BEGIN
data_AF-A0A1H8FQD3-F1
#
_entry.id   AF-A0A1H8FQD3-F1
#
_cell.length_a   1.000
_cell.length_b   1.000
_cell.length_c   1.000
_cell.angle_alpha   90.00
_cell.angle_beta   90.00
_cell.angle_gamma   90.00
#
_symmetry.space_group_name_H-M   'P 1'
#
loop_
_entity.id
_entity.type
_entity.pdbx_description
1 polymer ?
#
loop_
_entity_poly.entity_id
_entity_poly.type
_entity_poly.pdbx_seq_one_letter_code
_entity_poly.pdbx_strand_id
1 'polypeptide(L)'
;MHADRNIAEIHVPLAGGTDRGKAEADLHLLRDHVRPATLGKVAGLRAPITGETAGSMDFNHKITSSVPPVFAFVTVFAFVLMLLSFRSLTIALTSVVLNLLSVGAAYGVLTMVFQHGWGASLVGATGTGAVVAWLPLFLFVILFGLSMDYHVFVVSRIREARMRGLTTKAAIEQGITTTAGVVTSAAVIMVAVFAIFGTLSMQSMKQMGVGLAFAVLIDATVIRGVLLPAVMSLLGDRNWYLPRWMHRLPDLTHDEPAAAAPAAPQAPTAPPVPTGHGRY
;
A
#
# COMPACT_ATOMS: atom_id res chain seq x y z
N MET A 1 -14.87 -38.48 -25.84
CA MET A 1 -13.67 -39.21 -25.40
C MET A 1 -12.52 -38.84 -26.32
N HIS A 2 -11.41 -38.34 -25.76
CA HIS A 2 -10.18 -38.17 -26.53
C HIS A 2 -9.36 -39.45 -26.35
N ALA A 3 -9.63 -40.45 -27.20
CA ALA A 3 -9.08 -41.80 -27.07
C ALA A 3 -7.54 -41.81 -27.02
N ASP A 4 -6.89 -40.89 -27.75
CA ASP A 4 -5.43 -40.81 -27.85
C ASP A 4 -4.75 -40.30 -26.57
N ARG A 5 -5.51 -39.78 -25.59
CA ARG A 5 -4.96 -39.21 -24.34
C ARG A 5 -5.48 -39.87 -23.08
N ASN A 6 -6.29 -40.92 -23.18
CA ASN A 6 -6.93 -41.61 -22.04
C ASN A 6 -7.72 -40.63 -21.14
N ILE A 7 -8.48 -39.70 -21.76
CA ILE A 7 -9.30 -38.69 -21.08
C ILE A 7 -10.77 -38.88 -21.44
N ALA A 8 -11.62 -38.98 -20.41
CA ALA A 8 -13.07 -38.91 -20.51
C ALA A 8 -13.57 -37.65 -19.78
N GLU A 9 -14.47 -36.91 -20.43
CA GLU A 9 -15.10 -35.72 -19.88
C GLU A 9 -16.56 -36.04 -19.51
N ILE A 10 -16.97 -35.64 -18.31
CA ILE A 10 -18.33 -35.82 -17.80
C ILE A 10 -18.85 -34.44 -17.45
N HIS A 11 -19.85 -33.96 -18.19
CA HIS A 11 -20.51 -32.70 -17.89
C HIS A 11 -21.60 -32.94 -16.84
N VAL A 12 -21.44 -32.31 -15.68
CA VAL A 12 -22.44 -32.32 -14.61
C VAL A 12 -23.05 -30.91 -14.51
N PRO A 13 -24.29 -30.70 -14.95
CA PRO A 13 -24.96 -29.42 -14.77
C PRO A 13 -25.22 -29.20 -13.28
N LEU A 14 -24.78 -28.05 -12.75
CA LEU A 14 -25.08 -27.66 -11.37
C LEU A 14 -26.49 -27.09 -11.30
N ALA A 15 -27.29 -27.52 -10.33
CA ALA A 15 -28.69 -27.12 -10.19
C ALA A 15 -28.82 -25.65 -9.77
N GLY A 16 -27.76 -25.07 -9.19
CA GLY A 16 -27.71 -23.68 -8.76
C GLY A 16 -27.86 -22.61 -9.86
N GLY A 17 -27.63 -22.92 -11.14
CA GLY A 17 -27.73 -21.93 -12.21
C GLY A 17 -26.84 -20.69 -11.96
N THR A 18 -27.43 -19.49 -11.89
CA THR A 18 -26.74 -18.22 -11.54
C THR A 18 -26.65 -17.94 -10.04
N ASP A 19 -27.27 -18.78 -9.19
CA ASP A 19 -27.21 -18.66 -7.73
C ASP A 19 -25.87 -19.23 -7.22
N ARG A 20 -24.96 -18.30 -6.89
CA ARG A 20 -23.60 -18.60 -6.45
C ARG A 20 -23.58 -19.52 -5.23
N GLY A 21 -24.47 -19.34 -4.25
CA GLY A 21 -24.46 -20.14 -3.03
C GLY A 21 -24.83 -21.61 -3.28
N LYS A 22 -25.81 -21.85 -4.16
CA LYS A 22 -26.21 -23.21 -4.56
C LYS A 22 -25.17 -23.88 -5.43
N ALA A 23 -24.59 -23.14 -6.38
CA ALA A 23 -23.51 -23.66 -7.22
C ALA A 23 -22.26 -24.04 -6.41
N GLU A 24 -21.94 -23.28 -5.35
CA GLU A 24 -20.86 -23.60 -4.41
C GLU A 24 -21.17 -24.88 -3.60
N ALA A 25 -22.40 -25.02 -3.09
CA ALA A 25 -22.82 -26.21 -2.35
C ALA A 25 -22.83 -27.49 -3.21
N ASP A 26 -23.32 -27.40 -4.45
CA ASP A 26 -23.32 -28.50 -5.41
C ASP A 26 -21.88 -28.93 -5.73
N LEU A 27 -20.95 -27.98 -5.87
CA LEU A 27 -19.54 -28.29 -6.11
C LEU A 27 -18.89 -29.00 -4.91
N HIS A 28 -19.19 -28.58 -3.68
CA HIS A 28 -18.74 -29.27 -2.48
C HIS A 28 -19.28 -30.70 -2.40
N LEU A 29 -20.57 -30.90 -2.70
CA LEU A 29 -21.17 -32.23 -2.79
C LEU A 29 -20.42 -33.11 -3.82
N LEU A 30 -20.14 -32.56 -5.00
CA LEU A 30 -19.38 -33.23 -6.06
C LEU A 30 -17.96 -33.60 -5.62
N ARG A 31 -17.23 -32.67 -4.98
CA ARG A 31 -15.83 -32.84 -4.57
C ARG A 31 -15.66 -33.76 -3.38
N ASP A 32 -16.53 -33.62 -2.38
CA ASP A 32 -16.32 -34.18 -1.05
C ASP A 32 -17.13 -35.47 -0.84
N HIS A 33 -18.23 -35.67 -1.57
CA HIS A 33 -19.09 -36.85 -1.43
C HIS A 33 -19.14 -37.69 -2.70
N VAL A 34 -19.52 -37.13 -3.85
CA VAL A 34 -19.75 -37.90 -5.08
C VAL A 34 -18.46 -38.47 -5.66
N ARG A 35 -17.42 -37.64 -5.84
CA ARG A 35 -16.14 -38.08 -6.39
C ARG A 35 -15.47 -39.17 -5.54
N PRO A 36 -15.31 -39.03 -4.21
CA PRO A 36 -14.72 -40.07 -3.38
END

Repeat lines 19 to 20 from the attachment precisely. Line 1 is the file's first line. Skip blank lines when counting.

#
loop_